Crash test dummies boost safety
While accident research shows that children who were properly restrained have survived very high-speed crashes with minor injuries or bruising, it is of some concern that misuse of child restraints is responsible for a range of serious injuries.
Common misuses of child restraints include placing a child in a seat which is inappropriate for that child’s weight and height; not anchoring the child seat tightly enough; not using top tethers; incorrectly threading seatbelts; loose and unbuckled or twisted and damaged seatbelts.
The VicRoads database of police-reported crashes from 1998 – 2002 showed that 148 child occupants were killed or seriously injured each year in car crashes in Victoria. This equates to approximately 900 children killed or seriously injured annually as occupants of passenger cars across Australia.
Front and side collisions account for more than 80 per cent of the crashes where a child is seriously injured or killed in cars on Victorian roads. Of the 148 killed or seriously injured child occupants in Victoria in 2003, 62% were aged between 5 and 10 years, 32% between 1 and 4 years and 6% were infants aged less than one year.
Monash University Accident Research Centre (MUARC) in conjunction with Holden has conducted important research focused on identifying why five to ten-year-olds have vehicle occupant fatality and injury rates higher than for younger children.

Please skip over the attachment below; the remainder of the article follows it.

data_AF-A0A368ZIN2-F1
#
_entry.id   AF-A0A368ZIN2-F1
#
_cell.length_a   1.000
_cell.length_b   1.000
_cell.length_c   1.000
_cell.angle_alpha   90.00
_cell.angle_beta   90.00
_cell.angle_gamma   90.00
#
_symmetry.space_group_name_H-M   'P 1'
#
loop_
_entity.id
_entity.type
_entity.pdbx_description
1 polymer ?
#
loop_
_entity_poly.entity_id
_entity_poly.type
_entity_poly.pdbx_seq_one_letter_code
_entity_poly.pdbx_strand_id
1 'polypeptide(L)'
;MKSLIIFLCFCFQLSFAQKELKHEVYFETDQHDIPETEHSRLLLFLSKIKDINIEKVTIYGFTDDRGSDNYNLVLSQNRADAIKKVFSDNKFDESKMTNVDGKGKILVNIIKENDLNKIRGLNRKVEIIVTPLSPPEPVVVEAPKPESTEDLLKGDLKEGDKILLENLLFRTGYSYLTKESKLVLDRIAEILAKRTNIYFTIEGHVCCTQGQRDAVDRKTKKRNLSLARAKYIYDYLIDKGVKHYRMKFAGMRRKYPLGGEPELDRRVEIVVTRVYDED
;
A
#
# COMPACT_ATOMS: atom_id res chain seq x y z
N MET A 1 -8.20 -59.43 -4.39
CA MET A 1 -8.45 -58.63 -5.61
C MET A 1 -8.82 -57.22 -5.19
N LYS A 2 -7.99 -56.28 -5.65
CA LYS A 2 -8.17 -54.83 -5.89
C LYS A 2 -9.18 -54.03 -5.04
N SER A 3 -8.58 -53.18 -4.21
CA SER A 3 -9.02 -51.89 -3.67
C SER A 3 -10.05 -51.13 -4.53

A series of crash simulations using a crash test dummy (representative of a six-year-old child), showed the dangerous forward movement that can occur when a child is wearing the car’s seat belt alone, rather than being properly restrained in a booster seat.
In frontal crash testing, the dummy’s hips slid forward on the seat so that the seatbelt rode high on the soft abdomen, rather than the correct position on the lower hips and upper thighs, potentially causing severe internal injuries.
The dummy also lurched forward, the feet made contact with the back of the front seat (potentially causing injury to the legs) and the shoulder sash of the seatbelt cut into the dummy’s neck (with potential injury to vulnerable tissues and arteries in the neck).
In side impact crashes, tests showed that a seatbelt alone failed to prevent the dummy head contacting with the vehicle side door and rebounding towards the centre, with potential impact with other back seat occupants.
The research results stress the importance of restraining children who are between five and 10 years of age in belt-positioning child booster seats until the adult seat belt alone fits them correctly.
‘Parents need to understand that child restraints must do more than merely prevent the child being ejected from the vehicle. They need to provide protection that is optimised for the special needs of children and their unique physiology,’ said Dr Laurie Sparke, Chief Engineer, Holden Innovation. ‘In particular, because children have an under-developed iliac crest – in the pelvic area – they are more vulnerable to abdominal injury such as ruptured spleen and lacerated liver, as well as lower spinal injury,’ he said.